Nestled in the shadow of the Verdugo Mountains once stood a man who never would have enjoyed as much freedom as he would have had he lived on the opposite end of continental United States or in an era of social media and cell phones.
But times were different from 1924 to 1975 and Hall of Fame baseball manager Charles Dillon ‘Casey’ Stengel was able to enjoy his free time just a mile from the border of Burbank at a place he called home for half of a century.
The man who once managed the likes of Joe Di Maggio, Mickey Mantle, Yogi Berra, Phil Rizzuto and a number of New York Yankee greats, is the subject of a new book “Casey Stengel – Baseball’s Greatest Character.” Author Marty Appel along with fans, family members and friends were on hand at the Glendale Public Library last week to share memories of the man, who Appel described as one that not too many people under the age of 40 had heard of.
Stengel, who won the World Series seven times as a manager, lived at 1663 Grandview Avenue, above Bel Aire Rd. and below Brand Park.
Appel said Stengel was not afraid of publishing his address and often welcomed fans who would knock on his door for an autograph. He also said Stengel would sometimes even invite fans inside his house to show them his memorabilia.
While much of his free time was spent in Glendale, Stengel did find time to venture into Burbank.
So much that he even once was part-owner of a driving range called Casey Stengel’s Golf Center in the early to mid-1960s.
“It was right next to NBC studios,” said Casey Mollett, Stengel’s great nephew.
Mollett, who still lives nearby in La Canada Flintridge, said Stengel could often be found Christmas Day accompanying his wife Edna to Burbank’s St. Robert Bellarmine Catholic Church, where she frequently attended.
Stengel was also an honorary vice president of Valley National Bank, which was founded by his brother-in-law John M. Lawson, which had branches in Burbank and Toluca Lake. Stengel was a familiar presence at the bank in his final years.
He also could be found walking local streets, as his wife was eventually diagnosed with Alzheimer’s disease. She eventually moved to Glenoaks Convalescent Hospital and Stengel could often be found on Glenoaks walking to see his wife after he had lost his driver’s license.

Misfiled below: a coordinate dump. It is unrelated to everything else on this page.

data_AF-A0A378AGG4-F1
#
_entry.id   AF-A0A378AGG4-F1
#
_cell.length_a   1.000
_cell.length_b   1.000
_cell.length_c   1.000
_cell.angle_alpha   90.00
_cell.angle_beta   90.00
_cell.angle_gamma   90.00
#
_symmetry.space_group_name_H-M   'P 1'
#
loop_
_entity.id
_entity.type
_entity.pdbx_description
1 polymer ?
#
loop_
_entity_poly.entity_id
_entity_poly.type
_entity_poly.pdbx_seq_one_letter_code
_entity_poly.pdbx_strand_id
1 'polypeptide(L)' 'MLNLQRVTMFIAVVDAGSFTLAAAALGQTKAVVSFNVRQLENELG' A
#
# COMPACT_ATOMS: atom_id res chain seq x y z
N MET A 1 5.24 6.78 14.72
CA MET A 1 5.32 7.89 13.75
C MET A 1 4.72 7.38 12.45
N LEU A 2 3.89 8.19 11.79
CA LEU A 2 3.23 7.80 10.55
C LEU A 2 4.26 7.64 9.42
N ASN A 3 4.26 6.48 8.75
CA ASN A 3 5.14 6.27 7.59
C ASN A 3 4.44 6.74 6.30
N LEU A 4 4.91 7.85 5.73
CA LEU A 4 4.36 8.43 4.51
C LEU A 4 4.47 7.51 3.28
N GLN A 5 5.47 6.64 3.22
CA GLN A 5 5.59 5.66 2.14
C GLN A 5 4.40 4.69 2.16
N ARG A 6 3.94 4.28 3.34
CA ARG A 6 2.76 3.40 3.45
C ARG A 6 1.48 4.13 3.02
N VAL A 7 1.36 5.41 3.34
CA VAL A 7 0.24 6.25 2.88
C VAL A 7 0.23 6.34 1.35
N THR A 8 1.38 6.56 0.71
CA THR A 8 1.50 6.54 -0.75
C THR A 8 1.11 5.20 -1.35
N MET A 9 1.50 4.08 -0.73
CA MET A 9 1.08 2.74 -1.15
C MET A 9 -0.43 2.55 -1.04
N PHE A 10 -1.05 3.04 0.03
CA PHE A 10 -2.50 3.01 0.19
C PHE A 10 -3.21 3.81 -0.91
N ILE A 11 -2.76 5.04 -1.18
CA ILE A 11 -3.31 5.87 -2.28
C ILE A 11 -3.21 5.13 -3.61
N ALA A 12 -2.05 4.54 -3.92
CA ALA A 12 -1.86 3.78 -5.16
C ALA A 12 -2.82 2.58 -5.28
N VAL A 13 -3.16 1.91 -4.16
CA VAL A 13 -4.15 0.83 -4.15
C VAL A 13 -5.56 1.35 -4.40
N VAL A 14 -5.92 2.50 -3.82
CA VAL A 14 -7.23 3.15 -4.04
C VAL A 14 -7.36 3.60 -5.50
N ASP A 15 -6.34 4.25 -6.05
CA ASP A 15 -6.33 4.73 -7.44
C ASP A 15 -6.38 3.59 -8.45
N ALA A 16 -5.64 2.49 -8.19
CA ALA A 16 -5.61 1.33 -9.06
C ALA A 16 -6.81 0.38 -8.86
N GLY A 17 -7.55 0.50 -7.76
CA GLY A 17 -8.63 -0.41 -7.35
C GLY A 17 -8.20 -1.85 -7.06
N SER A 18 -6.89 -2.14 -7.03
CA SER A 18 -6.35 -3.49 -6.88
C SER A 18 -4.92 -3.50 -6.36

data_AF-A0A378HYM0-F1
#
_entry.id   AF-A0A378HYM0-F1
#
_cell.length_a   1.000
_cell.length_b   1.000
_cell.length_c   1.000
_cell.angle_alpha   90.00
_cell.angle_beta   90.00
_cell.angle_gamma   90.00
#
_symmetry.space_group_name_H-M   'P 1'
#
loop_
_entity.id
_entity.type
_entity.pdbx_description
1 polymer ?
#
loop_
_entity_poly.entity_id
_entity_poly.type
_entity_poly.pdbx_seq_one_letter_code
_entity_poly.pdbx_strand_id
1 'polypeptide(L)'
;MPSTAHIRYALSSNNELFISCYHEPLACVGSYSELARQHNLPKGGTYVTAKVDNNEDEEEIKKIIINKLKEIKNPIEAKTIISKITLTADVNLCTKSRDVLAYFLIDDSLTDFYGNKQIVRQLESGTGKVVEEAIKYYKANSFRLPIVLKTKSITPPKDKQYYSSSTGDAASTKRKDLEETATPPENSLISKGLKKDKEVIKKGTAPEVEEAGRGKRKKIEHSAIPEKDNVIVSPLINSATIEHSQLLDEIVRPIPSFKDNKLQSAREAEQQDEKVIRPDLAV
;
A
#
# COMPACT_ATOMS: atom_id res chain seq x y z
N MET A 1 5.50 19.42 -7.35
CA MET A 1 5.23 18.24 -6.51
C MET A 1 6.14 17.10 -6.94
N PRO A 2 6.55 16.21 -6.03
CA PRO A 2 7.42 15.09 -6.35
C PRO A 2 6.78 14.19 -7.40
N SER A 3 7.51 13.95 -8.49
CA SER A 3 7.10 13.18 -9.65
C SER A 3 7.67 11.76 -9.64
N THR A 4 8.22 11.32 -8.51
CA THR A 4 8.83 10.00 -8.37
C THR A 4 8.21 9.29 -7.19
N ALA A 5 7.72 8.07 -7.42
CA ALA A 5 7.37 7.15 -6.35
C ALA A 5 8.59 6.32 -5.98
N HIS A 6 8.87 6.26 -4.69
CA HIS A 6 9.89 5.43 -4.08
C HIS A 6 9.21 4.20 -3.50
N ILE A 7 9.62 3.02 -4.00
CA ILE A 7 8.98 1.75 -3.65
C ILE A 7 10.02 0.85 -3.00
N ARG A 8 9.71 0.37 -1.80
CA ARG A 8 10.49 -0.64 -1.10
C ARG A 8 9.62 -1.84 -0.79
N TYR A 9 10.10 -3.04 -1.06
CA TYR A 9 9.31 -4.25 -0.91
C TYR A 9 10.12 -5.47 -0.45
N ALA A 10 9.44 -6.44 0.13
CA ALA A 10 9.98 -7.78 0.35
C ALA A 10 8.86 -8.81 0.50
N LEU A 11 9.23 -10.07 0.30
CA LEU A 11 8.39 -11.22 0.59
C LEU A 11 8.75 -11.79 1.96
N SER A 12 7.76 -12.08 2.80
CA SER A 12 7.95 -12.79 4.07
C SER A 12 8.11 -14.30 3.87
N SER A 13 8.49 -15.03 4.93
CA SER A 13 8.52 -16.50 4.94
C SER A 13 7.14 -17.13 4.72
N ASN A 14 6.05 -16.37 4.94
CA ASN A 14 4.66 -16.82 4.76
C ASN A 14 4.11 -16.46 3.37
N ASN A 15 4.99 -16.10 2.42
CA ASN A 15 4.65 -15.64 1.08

Mollett said he last saw Stengel just weeks before his passing as he was at Glendale Memorial Hospital.
“We were there visiting and a baseball game came on and they were doing the Star Spangled Banner,” Mollett recalled. “He got out of bed and stood and said I want to salute our flag one more time.”
Stengel’s presence locally even gave locals a chance to see things that today would be unthinkable. He was able to arrange for the New York Yankees play the Chicago White Sox in a preseason game on March 20, 1951 at Verdugo Park Municipal Baseball Field, which was later renamed Stengel Field. Although the original bleachers have been torn down, the field is still home the home field of Glendale Community College and Crescenta Valley High, a rival of Burbank and Burroughs.
Another person who spent lots of time Stengel was Bob Case, now the vice president of the International Boxing Association.
“I worked for him in 1962, 63, 64 and 65. 1965 was the last year the Los Angeles Angels played at Dodger Stadium. I was the equipment guy for the Angels and they were going to move to Anaheim,” Case recalled. “Casey said are you going to commute from Glendale to Anaheim every day. I was like well I don’t have a job Casey. He said come on, we’ll find a job for you.”
Case worked for Stengel up until his death.